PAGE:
Mika: Yeah, I’m gonna ask that one because I have so many scenes that are some of my favourites, that I can still visualize. I want to know what stuck with you while you’re making this. 

Gretchen: Oh, my God. Okay, well, you know … 

Mika: I know they’re all your favourite child. It’s okay.

Gretchen: It’s so true. Well, as I’m marinating on that, I would like to say thank you for acknowledging that there isn’t any punching down. That was very intentional. It was also very intentional that nobody came across as a villain. Not any of the queer people, not any of the great people. Even though there are straight characters that learn their lessons, same with some of the queer characters in the show, you know, people mess up and learn their lessons. Nobody is vilified. And that was very important to me. 

Mika: It absolutely came across. 

Gretchen: Cool. Thank you. Okay, favourite scene, you know. Oh, my God. 

Mika: It can’t be the favourite to film, the most difficult to work on…

Gretchen: You know, honestly, I love the burlesque number in the Club Cumming episode. “Listen to my pussy.”

Mika: [laughter] I had it playing audibly in my office because I was only one there when that song came up. I’m like, “I better put headphones on now, or I’ll have some explaining to do.”

Gretchen: [laughter] I love that moment because, first of all, that was like the most chaotic day to film. We had such a short amount of time in that space, and the whole burlesque number was filmed in 45 minutes. 

Mika: Whoa!

Gretchen: The whole, yeah. 

Mika: The whole thing?

Gretchen: Not the whole episode, the whole like before—

Mika: Oh yeah! I’ve seen actual tapings. I know how long these things take.

Gretchen: We got down to the wire and we were like, “All right, let’s slap some red lipstick on or put her and a dress and let’s move it.” It was super chaotic, but I love that moment because I love the character of Gretchen’s trajectory, from seeing her go from really insecure and confused and kind of sexually repressed, to then seeing this super liberated, completely life take over the top flirty sexual creature and embracing it and not feeling shame around it. Plus, it was really fun to just like, you know, be a tart.

Mika: Did you write that song?

Gretchen: I did not write that song. Natalie Tenenbaum is an incredible composer. She has worked with Tina Fey on the Mean Girls musical. She’s legit. And [her and] Kevin Wanzor did the music for that. I reached out to the two of them and said “This is where my character story is going. Do you have any ideas?” And they came back to me with “What if we do a song called ‘Listen To My Pussy’?” and I was like “My mother might die. I love this idea so much.”  The two songs in the show, I did not write, and that’s pretty much like the only stuff that I didn’t write.

Mika: I was wondering, “Can [Gretchen] do music writing as well? How amazing that this [series] gonna get?” 

Gretchen: Maybe one day!

Mika: Maybe one day! So a lot of early web series were done in this traditional like vlogging style. Like even Carmilla, which is one of the more famous early web series, you were always right in front of a camera and somebody was recording. Did you ever consider doing something like that, or was this always “No, I’m gonna go out and be basically a regular television series just on a web series.”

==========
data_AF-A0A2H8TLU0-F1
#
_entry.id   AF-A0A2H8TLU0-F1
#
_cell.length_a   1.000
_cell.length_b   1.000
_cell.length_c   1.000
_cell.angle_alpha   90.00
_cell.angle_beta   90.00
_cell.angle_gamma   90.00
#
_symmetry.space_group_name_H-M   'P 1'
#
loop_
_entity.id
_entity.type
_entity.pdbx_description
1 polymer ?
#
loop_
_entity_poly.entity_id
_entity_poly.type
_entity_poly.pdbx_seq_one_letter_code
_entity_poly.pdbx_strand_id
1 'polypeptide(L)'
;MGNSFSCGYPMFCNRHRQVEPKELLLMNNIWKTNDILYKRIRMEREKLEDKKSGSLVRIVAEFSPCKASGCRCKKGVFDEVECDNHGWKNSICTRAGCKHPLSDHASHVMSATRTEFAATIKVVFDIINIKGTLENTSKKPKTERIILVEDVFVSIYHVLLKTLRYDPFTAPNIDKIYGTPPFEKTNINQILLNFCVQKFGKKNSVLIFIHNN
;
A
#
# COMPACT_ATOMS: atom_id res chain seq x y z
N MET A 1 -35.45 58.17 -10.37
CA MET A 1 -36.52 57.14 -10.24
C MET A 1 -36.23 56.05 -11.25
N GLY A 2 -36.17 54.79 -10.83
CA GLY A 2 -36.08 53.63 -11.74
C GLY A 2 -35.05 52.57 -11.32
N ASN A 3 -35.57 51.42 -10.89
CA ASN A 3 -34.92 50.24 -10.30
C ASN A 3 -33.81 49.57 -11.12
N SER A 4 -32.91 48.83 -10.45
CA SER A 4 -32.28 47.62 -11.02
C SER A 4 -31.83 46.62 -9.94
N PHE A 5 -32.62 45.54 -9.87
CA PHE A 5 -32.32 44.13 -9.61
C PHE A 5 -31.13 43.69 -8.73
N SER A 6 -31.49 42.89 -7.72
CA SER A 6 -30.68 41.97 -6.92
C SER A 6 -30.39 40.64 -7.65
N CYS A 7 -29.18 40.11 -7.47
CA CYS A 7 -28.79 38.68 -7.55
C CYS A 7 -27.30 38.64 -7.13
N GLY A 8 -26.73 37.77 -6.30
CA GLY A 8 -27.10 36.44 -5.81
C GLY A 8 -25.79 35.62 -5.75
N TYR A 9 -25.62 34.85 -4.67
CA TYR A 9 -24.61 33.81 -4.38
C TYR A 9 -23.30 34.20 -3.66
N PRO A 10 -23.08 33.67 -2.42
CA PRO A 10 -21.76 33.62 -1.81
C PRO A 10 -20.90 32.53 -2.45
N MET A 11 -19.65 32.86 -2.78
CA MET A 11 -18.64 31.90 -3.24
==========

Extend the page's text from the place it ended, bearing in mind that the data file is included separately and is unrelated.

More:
Gretchen: You know, when I first started crowdfunding for this almost two years ago, I had no idea — This is my first film project. I had never done anything outside of the stage. I kind of thought it would be really low budget. Like camcorder feel. I just wanted to get these stories out there. I had no idea it would look as beautiful as it ended up looking. Once word got out about the show, and I did four table readings of the script as I was in the process of of rewrites, and during that time people just gravitated toward the project. I barely had to —that’s not true, I hustled a lot. Fortunately, the people who were drawn to the project were people that were really excited about it and passionate about it and wanted it to look as good as possible. Our crew is incredible, the production team is incredible. People really put their all into something, and nobody got paid what they should have been — what they deserve. The hope for future seasons is that people actually get paid money for creating the art that helped heal the world.

Mika: I am well versed with the difficulty of paying people with their worth for queer content. You know, you answered my next question, which was gonna be about your previous experience with filmmaking and cinematography because I walked into this thinking, “Oh, she must have done hundreds. I bet there’s stuff I’m missing.” This is your first film project that’s insane. Talk about hitting a home run in your first at bat!

Gretchen: Thank you. Honestly, I’ve always been of the mind set of go big or go home. I’ve been an actor for almost two decades, doing mostly musical theatre, and I knew that if I was gonna crowdfund, if I was gonna put my energy and time and everything into something, that I wanted it to be as great as it could be. No moment of this has been easy! It’s been the most difficult experience of my life for sure. There were many times along the path where I was like, “Oh, shit. I should have just made a short instead! What I’m doing?” But it’s .. if someone had told you how hard it was gonna be when you started, you never would have started in the first place. It was definitely that experience. By the time I was in it in the middle of it, it was already too late to turn around.

Mika: It absolutely worked. And I watch a lot of web series made by a totally varying skill level of producers. Everybody has the same heart, that they all really want to tell the stories we’re not seeing. That’s actually a lot of why we made LezWatch.TV, we wanted to make it easier for people to find these shows, to see themselves and find things. Can you remember when you first or if you ever saw someone that made you think “Hey, wait, that that’s more me.”